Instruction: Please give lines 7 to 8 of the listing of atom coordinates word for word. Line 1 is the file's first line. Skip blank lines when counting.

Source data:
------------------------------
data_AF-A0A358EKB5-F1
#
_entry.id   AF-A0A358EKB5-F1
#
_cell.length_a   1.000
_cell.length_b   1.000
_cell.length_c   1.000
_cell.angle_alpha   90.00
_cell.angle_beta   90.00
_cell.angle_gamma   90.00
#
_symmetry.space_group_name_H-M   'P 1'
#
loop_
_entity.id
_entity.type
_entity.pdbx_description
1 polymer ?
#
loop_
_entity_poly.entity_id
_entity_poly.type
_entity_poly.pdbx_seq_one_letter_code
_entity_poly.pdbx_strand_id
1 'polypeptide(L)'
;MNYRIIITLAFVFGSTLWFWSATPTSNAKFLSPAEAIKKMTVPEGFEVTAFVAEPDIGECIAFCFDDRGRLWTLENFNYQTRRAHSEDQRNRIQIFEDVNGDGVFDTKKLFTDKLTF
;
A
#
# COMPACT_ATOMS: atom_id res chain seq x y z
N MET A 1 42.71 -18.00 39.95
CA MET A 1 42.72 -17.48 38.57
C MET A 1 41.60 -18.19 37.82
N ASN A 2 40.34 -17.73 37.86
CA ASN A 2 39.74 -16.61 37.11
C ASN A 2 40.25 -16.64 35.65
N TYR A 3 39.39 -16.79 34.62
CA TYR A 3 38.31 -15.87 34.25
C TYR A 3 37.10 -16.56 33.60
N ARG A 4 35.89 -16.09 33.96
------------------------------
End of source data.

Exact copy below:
_cell.length_c   1.000
_cell.angle_alpha   90.00